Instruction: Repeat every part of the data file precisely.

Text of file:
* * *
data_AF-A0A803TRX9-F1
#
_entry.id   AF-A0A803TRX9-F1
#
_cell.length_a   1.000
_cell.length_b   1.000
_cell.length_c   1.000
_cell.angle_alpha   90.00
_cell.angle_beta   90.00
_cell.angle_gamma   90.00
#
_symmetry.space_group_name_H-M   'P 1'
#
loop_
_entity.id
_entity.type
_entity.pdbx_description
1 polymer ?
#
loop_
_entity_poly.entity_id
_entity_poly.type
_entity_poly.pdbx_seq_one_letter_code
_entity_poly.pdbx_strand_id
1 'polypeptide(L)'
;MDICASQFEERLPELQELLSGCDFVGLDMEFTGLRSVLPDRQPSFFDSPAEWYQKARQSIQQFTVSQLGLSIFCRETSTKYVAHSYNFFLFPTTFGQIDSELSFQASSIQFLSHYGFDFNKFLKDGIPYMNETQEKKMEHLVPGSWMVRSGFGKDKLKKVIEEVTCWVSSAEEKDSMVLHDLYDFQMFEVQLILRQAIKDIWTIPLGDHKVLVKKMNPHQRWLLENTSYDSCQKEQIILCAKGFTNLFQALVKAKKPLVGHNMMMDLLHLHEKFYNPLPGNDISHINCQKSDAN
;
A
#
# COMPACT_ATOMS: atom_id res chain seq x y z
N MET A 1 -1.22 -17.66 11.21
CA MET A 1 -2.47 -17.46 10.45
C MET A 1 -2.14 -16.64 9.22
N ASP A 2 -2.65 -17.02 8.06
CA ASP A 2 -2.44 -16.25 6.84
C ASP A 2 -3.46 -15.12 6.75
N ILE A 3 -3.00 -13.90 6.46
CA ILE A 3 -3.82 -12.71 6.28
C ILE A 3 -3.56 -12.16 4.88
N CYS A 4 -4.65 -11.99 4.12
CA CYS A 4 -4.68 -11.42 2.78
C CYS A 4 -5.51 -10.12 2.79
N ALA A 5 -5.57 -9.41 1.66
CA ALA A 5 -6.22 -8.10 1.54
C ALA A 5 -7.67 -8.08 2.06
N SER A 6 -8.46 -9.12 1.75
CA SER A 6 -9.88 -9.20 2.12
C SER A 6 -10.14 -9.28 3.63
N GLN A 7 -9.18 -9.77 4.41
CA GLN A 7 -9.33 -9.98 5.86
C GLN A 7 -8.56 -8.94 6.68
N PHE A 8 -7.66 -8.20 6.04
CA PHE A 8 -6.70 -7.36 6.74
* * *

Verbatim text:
data_AF-A0A803TRX9-F1
#
_entry.id   AF-A0A803TRX9-F1
#
_cell.length_a   1.000
_cell.length_b   1.000
_cell.length_c   1.000
_cell.angle_alpha   90.00
_cell.angle_beta   90.00
_cell.angle_gamma   90.00
#
_symmetry.space_group_name_H-M   'P 1'
#
loop_
_entity.id
_entity.type
_entity.pdbx_description
1 polymer ?
#
loop_
_entity_poly.entity_id
_entity_poly.type
_entity_poly.pdbx_seq_one_letter_code
_entity_poly.pdbx_strand_id
1 'polypeptide(L)'
;MDICASQFEERLPELQELLSGCDFVGLDMEFTGLRSVLPDRQPSFFDSPAEWYQKARQSIQQFTVSQLGLSIFCRETSTKYVAHSYNFFLFPTTFGQIDSELSFQASSIQFLSHYGFDFNKFLKDGIPYMNETQEKKMEHLVPGSWMVRSGFGKDKLKKVIEEVTCWVSSAEEKDSMVLHDLYDFQMFEVQLILRQAIKDIWTIPLGDHKVLVKKMNPHQRWLLENTSYDSCQKEQIILCAKGFTNLFQALVKAKKPLVGHNMMMDLLHLHEKFYNPLPGNDISHINCQKSDAN
;
A
#
# COMPACT_ATOMS: atom_id res chain seq x y z
N MET A 1 -1.22 -17.66 11.21
CA MET A 1 -2.47 -17.46 10.45
C MET A 1 -2.14 -16.64 9.22
N ASP A 2 -2.65 -17.02 8.06
CA ASP A 2 -2.44 -16.25 6.84
C ASP A 2 -3.46 -15.12 6.75
N ILE A 3 -3.00 -13.90 6.46
CA ILE A 3 -3.82 -12.71 6.28
C ILE A 3 -3.56 -12.16 4.88
N CYS A 4 -4.65 -11.99 4.12
CA CYS A 4 -4.68 -11.42 2.78
C CYS A 4 -5.51 -10.12 2.79
N ALA A 5 -5.57 -9.41 1.66
CA ALA A 5 -6.22 -8.10 1.54
C ALA A 5 -7.67 -8.08 2.06
N SER A 6 -8.46 -9.12 1.75
CA SER A 6 -9.88 -9.20 2.12
C SER A 6 -10.14 -9.28 3.63
N GLN A 7 -9.18 -9.77 4.41
CA GLN A 7 -9.33 -9.98 5.86
C GLN A 7 -8.56 -8.94 6.68
N PHE A 8 -7.66 -8.20 6.04
CA PHE A 8 -6.70 -7.36 6.74